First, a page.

Developer’s lawyer ‘astounded’ by planning law change sparked by court case

by | Feb 17, 2021 | Business, NT Politics | 3 comments

Opposition Planning and Infrastructure spokesman Gerard Maley has slammed Minister Eva Lawler’s move to urgently amend the NT Planning Act amid an ongoing Supreme Court case by a Territory developer over the rezoning for a proposed $800 million project in The Gardens.

On Tuesday, the Infrastructure and Planning Minister tabled to Parliament the Planning Amendment Bill 2021, amending the Planning Act 1999 “to protect future decisions of a responsible Minister on an application to rezone land from being challenged on a perceived defect in the reasons provided – giving Territorians greater certainty.”

It is specifically legislated “to put beyond doubt the validity of the decision by the Minister to refuse a request to rezone the land at 16 and 25 Blake Street, The Gardens (Lots 6907 and 6908, Town of Darwin) from community purposes to a special use zone that would have facilitated high and medium density residential development, which does not fit with the existing character of The Gardens.”

Mr Maley criticised the amendment, calling it outrageous, and asserting there was no loophole in the law.

“It is outrageous, that we need to change the law every time a Labor minister stuffs up a political decision,” he said.

“The rule of law means no one, including the NT Government, is above the law. The minister’s excuse for the introduction of urgent legislation is to fix a ‘defect’ in the law.

“The law is not defective, the minister’s anti-business attitude is.”

He also said that the minister’s move is another blow by the Gunner Government to stop private investment in developing Darwin.

“Just like in the first chapter of the Dan Murphy’s saga, when the minister makes a decision that ends up in court, the Gunner Labor Government’s first instinct is to retrospectively change the laws of the land.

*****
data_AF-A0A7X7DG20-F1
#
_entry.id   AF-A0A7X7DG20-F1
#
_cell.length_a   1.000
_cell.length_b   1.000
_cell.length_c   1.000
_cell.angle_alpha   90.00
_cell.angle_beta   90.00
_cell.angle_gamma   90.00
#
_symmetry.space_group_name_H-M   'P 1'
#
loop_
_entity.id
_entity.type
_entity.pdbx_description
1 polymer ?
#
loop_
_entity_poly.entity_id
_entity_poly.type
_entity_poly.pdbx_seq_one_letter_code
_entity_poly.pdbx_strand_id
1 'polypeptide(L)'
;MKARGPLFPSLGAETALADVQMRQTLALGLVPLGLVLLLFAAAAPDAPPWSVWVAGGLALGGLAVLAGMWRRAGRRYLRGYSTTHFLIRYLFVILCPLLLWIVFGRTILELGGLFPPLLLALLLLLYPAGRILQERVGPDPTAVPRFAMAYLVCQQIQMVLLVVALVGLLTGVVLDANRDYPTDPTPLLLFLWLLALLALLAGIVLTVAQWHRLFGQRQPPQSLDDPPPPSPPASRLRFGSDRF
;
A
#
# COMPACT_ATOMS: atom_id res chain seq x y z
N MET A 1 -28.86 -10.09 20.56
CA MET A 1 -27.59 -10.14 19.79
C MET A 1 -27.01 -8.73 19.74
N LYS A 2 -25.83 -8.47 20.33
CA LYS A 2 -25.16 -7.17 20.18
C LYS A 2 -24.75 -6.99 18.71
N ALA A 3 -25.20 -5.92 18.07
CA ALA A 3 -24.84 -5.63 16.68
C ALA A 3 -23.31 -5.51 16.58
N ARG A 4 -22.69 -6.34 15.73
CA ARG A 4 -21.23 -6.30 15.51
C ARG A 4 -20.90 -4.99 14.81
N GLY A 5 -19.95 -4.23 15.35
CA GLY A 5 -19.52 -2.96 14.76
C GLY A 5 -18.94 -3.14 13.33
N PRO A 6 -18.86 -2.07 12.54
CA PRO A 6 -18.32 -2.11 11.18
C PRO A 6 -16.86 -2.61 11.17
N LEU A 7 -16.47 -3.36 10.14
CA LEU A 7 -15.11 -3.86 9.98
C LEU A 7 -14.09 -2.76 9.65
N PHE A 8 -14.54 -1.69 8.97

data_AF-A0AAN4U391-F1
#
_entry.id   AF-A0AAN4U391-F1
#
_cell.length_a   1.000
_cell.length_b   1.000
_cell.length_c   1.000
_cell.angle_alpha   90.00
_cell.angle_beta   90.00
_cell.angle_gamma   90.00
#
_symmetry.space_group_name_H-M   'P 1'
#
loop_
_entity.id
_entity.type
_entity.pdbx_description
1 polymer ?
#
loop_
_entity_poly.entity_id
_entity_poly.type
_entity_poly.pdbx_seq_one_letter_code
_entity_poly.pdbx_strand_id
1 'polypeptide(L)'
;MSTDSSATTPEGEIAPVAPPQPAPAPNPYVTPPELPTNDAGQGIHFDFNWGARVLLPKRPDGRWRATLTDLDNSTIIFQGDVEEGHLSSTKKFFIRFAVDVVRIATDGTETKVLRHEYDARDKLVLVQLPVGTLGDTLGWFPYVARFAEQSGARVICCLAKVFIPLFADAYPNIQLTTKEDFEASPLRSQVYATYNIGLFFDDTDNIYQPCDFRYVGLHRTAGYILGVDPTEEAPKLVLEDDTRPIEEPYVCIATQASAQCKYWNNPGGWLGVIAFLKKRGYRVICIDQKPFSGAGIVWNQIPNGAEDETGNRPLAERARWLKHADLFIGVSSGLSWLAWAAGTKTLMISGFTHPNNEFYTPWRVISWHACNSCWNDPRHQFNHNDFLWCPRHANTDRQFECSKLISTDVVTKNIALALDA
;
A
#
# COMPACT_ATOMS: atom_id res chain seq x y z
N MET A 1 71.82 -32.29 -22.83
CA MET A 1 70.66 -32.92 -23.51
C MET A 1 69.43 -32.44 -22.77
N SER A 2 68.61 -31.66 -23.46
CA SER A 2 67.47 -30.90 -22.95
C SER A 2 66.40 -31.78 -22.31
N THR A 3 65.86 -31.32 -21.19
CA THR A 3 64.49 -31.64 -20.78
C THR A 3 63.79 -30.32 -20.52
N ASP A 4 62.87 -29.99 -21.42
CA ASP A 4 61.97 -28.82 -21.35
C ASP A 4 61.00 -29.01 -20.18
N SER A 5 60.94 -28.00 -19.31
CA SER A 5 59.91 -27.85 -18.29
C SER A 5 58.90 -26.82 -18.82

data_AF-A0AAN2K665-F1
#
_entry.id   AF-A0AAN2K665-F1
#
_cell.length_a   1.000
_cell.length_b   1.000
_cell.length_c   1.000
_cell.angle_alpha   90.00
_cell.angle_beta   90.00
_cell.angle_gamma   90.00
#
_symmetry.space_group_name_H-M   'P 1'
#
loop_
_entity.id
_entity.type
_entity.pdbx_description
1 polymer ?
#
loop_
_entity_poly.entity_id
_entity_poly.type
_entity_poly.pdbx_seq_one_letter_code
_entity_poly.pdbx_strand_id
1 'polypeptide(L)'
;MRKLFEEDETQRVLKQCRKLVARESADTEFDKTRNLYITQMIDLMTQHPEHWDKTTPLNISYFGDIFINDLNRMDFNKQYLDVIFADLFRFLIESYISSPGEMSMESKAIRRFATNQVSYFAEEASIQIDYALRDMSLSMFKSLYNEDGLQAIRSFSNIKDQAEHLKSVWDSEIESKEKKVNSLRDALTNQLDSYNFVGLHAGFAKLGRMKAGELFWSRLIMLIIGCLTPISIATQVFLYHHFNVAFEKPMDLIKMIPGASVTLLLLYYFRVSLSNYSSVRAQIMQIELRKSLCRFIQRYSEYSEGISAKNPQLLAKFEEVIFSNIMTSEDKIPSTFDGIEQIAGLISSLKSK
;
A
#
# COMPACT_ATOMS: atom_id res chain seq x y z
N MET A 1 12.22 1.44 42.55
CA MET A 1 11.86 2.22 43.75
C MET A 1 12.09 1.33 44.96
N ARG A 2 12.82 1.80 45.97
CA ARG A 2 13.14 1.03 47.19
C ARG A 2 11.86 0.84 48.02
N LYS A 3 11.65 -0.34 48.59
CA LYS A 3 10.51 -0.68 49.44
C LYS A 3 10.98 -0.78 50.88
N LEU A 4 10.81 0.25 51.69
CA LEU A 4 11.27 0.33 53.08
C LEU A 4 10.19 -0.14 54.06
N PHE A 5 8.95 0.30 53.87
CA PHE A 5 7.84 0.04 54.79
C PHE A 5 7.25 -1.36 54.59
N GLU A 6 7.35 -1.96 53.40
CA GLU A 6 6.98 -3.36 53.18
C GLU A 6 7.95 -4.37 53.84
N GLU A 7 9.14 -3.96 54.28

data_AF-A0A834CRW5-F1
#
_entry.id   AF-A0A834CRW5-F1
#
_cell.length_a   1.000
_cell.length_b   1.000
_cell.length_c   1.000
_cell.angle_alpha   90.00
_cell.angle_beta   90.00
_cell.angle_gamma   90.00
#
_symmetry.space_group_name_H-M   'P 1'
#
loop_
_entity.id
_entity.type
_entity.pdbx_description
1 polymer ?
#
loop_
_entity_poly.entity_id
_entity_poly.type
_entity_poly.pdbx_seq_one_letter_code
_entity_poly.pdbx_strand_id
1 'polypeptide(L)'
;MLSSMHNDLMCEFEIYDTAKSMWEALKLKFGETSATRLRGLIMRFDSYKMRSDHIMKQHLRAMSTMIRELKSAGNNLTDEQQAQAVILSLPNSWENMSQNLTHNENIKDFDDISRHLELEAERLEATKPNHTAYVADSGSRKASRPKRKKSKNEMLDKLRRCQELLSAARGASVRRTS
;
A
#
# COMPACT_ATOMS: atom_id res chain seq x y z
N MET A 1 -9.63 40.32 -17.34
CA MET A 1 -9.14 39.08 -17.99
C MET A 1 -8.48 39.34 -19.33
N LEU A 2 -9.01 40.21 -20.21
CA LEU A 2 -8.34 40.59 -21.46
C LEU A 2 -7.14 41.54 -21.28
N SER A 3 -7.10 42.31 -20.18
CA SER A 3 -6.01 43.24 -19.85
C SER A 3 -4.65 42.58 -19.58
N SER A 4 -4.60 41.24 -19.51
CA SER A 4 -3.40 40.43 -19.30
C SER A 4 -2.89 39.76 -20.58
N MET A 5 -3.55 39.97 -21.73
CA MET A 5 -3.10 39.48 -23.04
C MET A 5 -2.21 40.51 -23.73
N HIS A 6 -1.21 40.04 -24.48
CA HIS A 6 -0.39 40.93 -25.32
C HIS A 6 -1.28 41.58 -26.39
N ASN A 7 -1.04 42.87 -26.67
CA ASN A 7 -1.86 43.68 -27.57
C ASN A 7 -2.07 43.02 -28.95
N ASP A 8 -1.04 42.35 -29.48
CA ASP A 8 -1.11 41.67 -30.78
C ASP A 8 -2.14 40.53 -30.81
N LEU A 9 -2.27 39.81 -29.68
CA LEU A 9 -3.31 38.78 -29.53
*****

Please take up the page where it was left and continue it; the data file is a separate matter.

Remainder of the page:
“This time, Minister Lawler rushed through a political decision two days prior to entering caretaker mode before the 2020 election. That decision is currently being challenged in court.

“Changing the law mid-process is exactly the kind of bad decision which discourages private sector investment in the Northern Territory.

“Rather than rolling out the red carpet to private investment, this Gunner Labor Government’s default position is to put up the stop sign,” he said.

Minister Lawler said “projects that bring economic value to the Northern Territory should align with community expectations.”

In July 2020, just days away from the government going into caretaker mode, Ms Lawler rejected the rezoning of 16 and 25 Blake St to allow for a high and medium density residential development.

The 5.23-hectare site is where Territory developers the Makrylos Group had proposed to build their 13-stage Parklands development, a project that has been in the works since 2015.

Makrylos Group has argued in the Supreme Court that the government had not given reasons for rejecting the proposed development.

In October Ms Lawler said her decision to reject Makrylos’ development was based on three factors; the scale and density of the development; the significance of the Botanic Gardens; and the lack of evidence the surrounding road network could accommodate the additional traffic the development would bring.

Makrylos Group legal counsel Ralph Bonig of Finlaysonse said he was “astounded” the minister would resort to introducing urgent legislation “in the face of a current Supreme Court action”.

“We will need to examine whether or not the decision to introduce the amendments (specific to Blake St) is an abuse of a minister’s power and whether or not further legal action will need to be taken,” he said


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